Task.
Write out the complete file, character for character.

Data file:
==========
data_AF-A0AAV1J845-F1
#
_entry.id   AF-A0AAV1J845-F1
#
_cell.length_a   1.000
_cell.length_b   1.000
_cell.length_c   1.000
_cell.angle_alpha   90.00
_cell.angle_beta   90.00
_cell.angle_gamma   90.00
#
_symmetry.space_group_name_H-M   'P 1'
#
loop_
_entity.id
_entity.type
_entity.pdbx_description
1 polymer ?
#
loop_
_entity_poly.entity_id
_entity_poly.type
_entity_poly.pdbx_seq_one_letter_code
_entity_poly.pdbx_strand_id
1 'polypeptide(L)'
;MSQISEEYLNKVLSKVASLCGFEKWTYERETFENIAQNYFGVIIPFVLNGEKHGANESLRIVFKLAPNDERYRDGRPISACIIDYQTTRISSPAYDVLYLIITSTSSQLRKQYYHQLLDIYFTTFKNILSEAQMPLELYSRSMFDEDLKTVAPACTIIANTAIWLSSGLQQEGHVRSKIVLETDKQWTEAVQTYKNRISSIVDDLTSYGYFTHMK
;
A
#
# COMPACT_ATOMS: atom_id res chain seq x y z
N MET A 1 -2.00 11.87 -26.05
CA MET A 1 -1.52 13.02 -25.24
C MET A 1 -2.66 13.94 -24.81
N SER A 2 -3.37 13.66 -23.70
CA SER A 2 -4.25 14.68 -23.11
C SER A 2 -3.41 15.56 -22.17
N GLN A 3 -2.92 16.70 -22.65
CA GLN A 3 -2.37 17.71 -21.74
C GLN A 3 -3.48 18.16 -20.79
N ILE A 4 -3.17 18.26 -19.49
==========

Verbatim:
data_AF-A0AAV1J845-F1
#
_entry.id   AF-A0AAV1J845-F1
#
_cell.length_a   1.000
_cell.length_b   1.000
_cell.length_c   1.000
_cell.angle_alpha   90.00
_cell.angle_beta   90.00
_cell.angle_gamma   90.00
#
_symmetry.space_group_name_H-M   'P 1'
#
loop_
_entity.id
_entity.type
_entity.pdbx_description
1 polymer ?
#
loop_
_entity_poly.entity_id
_entity_poly.type
_entity_poly.pdbx_seq_one_letter_code
_entity_poly.pdbx_strand_id
1 'polypeptide(L)'
;MSQISEEYLNKVLSKVASLCGFEKWTYERETFENIAQNYFGVIIPFVLNGEKHGANESLRIVFKLAPNDERYRDGRPISACIIDYQTTRISSPAYDVLYLIITSTSSQLRKQYYHQLLDIYFTTFKNILSEAQMPLELYSRSMFDEDLKTVAPACTIIANTAIWLSSGLQQEGHVRSKIVLETDKQWTEAVQTYKNRISSIVDDLTSYGYFTHMK
;
A
#
# COMPACT_ATOMS: atom_id res chain seq x y z
N MET A 1 -2.00 11.87 -26.05
CA MET A 1 -1.52 13.02 -25.24
C MET A 1 -2.66 13.94 -24.81
N SER A 2 -3.37 13.66 -23.70
CA SER A 2 -4.25 14.68 -23.11
C SER A 2 -3.41 15.56 -22.17
N GLN A 3 -2.92 16.70 -22.65
CA GLN A 3 -2.37 17.71 -21.74
C GLN A 3 -3.48 18.16 -20.79
N ILE A 4 -3.17 18.26 -19.49